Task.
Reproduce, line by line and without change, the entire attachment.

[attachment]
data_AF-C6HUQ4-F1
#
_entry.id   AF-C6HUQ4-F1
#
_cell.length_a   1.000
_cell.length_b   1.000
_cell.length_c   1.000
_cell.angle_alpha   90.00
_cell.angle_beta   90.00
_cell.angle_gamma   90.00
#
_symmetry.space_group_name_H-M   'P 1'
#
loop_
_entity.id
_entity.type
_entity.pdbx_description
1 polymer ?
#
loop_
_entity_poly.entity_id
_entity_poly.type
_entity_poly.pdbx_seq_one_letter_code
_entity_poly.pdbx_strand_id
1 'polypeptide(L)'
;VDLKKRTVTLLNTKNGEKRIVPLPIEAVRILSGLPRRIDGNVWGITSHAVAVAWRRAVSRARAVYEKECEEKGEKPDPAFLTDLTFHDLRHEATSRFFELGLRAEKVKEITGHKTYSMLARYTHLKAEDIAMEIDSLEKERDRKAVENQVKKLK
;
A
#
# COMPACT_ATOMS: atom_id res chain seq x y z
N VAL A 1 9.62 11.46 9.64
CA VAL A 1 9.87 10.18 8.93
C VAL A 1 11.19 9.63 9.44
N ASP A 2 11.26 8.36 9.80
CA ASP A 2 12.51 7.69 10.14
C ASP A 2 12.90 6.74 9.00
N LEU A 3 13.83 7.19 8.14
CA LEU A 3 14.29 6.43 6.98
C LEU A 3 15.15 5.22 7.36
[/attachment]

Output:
data_AF-C6HUQ4-F1
#
_entry.id   AF-C6HUQ4-F1
#
_cell.length_a   1.000
_cell.length_b   1.000
_cell.length_c   1.000
_cell.angle_alpha   90.00
_cell.angle_beta   90.00
_cell.angle_gamma   90.00
#
_symmetry.space_group_name_H-M   'P 1'
#
loop_
_entity.id
_entity.type
_entity.pdbx_description
1 polymer ?
#
loop_
_entity_poly.entity_id
_entity_poly.type
_entity_poly.pdbx_seq_one_letter_code
_entity_poly.pdbx_strand_id
1 'polypeptide(L)'
;VDLKKRTVTLLNTKNGEKRIVPLPIEAVRILSGLPRRIDGNVWGITSHAVAVAWRRAVSRARAVYEKECEEKGEKPDPAFLTDLTFHDLRHEATSRFFELGLRAEKVKEITGHKTYSMLARYTHLKAEDIAMEIDSLEKERDRKAVENQVKKLK
;
A
#
# COMPACT_ATOMS: atom_id res chain seq x y z
N VAL A 1 9.62 11.46 9.64
CA VAL A 1 9.87 10.18 8.93
C VAL A 1 11.19 9.63 9.44
N ASP A 2 11.26 8.36 9.80
CA ASP A 2 12.51 7.69 10.14
C ASP A 2 12.90 6.74 9.00
N LEU A 3 13.83 7.19 8.14
CA LEU A 3 14.29 6.43 6.98
C LEU A 3 15.15 5.22 7.36